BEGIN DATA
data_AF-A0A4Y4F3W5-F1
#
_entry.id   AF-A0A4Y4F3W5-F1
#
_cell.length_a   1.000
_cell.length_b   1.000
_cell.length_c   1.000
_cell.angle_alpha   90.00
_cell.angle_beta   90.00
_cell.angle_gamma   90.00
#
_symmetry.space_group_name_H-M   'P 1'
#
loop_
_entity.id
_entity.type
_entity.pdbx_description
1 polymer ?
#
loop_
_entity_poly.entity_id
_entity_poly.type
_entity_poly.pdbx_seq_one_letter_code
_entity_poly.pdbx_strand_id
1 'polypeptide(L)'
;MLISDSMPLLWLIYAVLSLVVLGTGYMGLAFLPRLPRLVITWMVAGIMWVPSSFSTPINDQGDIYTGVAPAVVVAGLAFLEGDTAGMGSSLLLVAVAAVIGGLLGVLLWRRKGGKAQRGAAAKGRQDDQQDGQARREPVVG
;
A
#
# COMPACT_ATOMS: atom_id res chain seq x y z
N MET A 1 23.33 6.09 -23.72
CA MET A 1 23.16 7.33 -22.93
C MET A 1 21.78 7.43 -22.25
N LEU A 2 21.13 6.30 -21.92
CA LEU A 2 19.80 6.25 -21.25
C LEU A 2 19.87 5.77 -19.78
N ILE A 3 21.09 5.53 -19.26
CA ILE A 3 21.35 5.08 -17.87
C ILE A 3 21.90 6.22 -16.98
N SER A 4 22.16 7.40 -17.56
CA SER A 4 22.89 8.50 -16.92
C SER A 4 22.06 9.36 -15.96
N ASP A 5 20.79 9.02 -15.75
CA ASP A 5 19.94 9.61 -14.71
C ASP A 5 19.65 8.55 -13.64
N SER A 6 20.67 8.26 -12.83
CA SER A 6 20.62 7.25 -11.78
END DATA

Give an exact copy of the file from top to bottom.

data_AF-A0A4Y4F3W5-F1
#
_entry.id   AF-A0A4Y4F3W5-F1
#
_cell.length_a   1.000
_cell.length_b   1.000
_cell.length_c   1.000
_cell.angle_alpha   90.00
_cell.angle_beta   90.00
_cell.angle_gamma   90.00
#
_symmetry.space_group_name_H-M   'P 1'
#
loop_
_entity.id
_entity.type
_entity.pdbx_description
1 polymer ?
#
loop_
_entity_poly.entity_id
_entity_poly.type
_entity_poly.pdbx_seq_one_letter_code
_entity_poly.pdbx_strand_id
1 'polypeptide(L)'
;MLISDSMPLLWLIYAVLSLVVLGTGYMGLAFLPRLPRLVITWMVAGIMWVPSSFSTPINDQGDIYTGVAPAVVVAGLAFLEGDTAGMGSSLLLVAVAAVIGGLLGVLLWRRKGGKAQRGAAAKGRQDDQQDGQARREPVVG
;
A
#
# COMPACT_ATOMS: atom_id res chain seq x y z
N MET A 1 23.33 6.09 -23.72
CA MET A 1 23.16 7.33 -22.93
C MET A 1 21.78 7.43 -22.25
N LEU A 2 21.13 6.30 -21.92
CA LEU A 2 19.80 6.25 -21.25
C LEU A 2 19.87 5.77 -19.78
N ILE A 3 21.09 5.53 -19.26
CA ILE A 3 21.35 5.08 -17.87
C ILE A 3 21.90 6.22 -16.98
N SER A 4 22.16 7.40 -17.56
CA SER A 4 22.89 8.50 -16.92
C SER A 4 22.06 9.36 -15.96
N ASP A 5 20.79 9.02 -15.75
CA ASP A 5 19.94 9.61 -14.71
C ASP A 5 19.65 8.55 -13.64
N SER A 6 20.67 8.26 -12.83
CA SER A 6 20.62 7.25 -11.78